Egypt's premier denounces sectarian killings

Associated Press
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In this Thursday, June 6, 2013 photo, a man prays at the shrine of Imam Hussein, the grandson of Islam's prophet Muhammad and one of the most believed Shiite saints in Cairo, Egypt. Hatreds between Shiites and Sunnis are now more virulent than ever in the Arab world because of Syria's brutal civil war. Hard-line clerics and politicians on both sides have added fuel, depicting the fight as essentially a war of survival for their sect. (AP Photo/Hassan Ammar)

CAIRO (AP) — Egypt's prime minister has denounced the killing of four Shiite Muslims by a Sunni mob that included ultraconservative Salafis in a village near Cairo.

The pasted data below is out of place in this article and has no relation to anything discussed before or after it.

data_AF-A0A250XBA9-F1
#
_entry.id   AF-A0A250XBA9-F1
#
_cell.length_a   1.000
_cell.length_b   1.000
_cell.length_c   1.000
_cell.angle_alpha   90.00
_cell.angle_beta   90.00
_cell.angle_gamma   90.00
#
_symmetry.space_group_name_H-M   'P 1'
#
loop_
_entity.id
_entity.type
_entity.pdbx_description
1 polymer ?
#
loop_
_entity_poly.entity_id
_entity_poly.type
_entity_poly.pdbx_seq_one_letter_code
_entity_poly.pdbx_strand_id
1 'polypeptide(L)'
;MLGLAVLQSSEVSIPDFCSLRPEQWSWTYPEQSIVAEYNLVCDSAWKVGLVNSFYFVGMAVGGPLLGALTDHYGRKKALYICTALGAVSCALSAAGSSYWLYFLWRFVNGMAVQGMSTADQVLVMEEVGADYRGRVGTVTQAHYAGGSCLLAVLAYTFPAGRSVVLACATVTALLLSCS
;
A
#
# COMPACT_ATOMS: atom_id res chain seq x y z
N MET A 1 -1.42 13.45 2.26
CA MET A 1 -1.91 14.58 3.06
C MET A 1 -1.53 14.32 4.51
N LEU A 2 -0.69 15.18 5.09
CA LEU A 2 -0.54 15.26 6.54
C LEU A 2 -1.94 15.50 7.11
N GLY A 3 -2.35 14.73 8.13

A statement by Prime Minister Hesham Kandil's office on Monday said he was closely following the investigation into the incident to ensure that the culprits are punished.

Egypt is an overwhelmingly Sunni Muslim nation with a tiny community of Shiites. About 10 percent of its 90 million people are Christians.

The Sunday attack came a week after a number of Salafi clerics insulted Shiites during a rally attended by Egypt's Islamist President Mohammed Morsi, who listened silently.

One cleric, Mohammed Hassan, called on Morsi "not to open the doors of Egypt" to Shiites, saying that "they never entered a place without corrupting it."